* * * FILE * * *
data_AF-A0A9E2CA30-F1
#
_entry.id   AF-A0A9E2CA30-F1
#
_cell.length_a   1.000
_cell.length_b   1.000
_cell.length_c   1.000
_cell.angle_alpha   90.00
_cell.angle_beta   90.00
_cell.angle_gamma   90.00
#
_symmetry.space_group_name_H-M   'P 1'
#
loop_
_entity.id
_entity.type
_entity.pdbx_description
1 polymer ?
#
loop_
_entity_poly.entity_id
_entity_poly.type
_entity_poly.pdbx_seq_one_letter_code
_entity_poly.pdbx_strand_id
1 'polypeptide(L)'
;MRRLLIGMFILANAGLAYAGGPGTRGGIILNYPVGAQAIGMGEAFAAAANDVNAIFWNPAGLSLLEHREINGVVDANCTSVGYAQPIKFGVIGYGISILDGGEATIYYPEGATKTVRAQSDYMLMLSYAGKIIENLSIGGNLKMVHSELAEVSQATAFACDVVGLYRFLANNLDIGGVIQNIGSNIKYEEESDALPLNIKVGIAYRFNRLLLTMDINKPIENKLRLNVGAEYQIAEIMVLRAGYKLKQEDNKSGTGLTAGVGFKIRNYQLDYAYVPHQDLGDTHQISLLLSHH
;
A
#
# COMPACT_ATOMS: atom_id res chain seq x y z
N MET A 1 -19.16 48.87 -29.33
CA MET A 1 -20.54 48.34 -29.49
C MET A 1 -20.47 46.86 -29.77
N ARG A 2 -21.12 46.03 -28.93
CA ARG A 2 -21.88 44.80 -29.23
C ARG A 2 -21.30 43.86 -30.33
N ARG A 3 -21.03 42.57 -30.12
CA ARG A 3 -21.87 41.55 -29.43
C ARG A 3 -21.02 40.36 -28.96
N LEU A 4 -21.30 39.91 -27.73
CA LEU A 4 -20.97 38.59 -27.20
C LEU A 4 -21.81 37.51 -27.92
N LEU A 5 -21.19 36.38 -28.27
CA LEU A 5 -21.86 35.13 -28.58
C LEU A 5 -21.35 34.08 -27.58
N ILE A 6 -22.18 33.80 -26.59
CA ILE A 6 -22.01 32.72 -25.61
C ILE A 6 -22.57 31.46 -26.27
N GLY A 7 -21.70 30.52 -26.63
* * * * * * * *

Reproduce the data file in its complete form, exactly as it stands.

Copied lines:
data_AF-A0A9E2CA30-F1
#
_entry.id   AF-A0A9E2CA30-F1
#
_cell.length_a   1.000
_cell.length_b   1.000
_cell.length_c   1.000
_cell.angle_alpha   90.00
_cell.angle_beta   90.00
_cell.angle_gamma   90.00
#
_symmetry.space_group_name_H-M   'P 1'
#
loop_
_entity.id
_entity.type
_entity.pdbx_description
1 polymer ?
#
loop_
_entity_poly.entity_id
_entity_poly.type
_entity_poly.pdbx_seq_one_letter_code
_entity_poly.pdbx_strand_id
1 'polypeptide(L)'
;MRRLLIGMFILANAGLAYAGGPGTRGGIILNYPVGAQAIGMGEAFAAAANDVNAIFWNPAGLSLLEHREINGVVDANCTSVGYAQPIKFGVIGYGISILDGGEATIYYPEGATKTVRAQSDYMLMLSYAGKIIENLSIGGNLKMVHSELAEVSQATAFACDVVGLYRFLANNLDIGGVIQNIGSNIKYEEESDALPLNIKVGIAYRFNRLLLTMDINKPIENKLRLNVGAEYQIAEIMVLRAGYKLKQEDNKSGTGLTAGVGFKIRNYQLDYAYVPHQDLGDTHQISLLLSHH
;
A
#
# COMPACT_ATOMS: atom_id res chain seq x y z
N MET A 1 -19.16 48.87 -29.33
CA MET A 1 -20.54 48.34 -29.49
C MET A 1 -20.47 46.86 -29.77
N ARG A 2 -21.12 46.03 -28.93
CA ARG A 2 -21.88 44.80 -29.23
C ARG A 2 -21.30 43.86 -30.33
N ARG A 3 -21.03 42.57 -30.12
CA ARG A 3 -21.87 41.55 -29.43
C ARG A 3 -21.02 40.36 -28.96
N LEU A 4 -21.30 39.91 -27.73
CA LEU A 4 -20.97 38.59 -27.20
C LEU A 4 -21.81 37.51 -27.92
N LEU A 5 -21.19 36.38 -28.27
CA LEU A 5 -21.86 35.13 -28.58
C LEU A 5 -21.35 34.08 -27.58
N ILE A 6 -22.18 33.80 -26.59
CA ILE A 6 -22.01 32.72 -25.61
C ILE A 6 -22.57 31.46 -26.27
N GLY A 7 -21.70 30.52 -26.63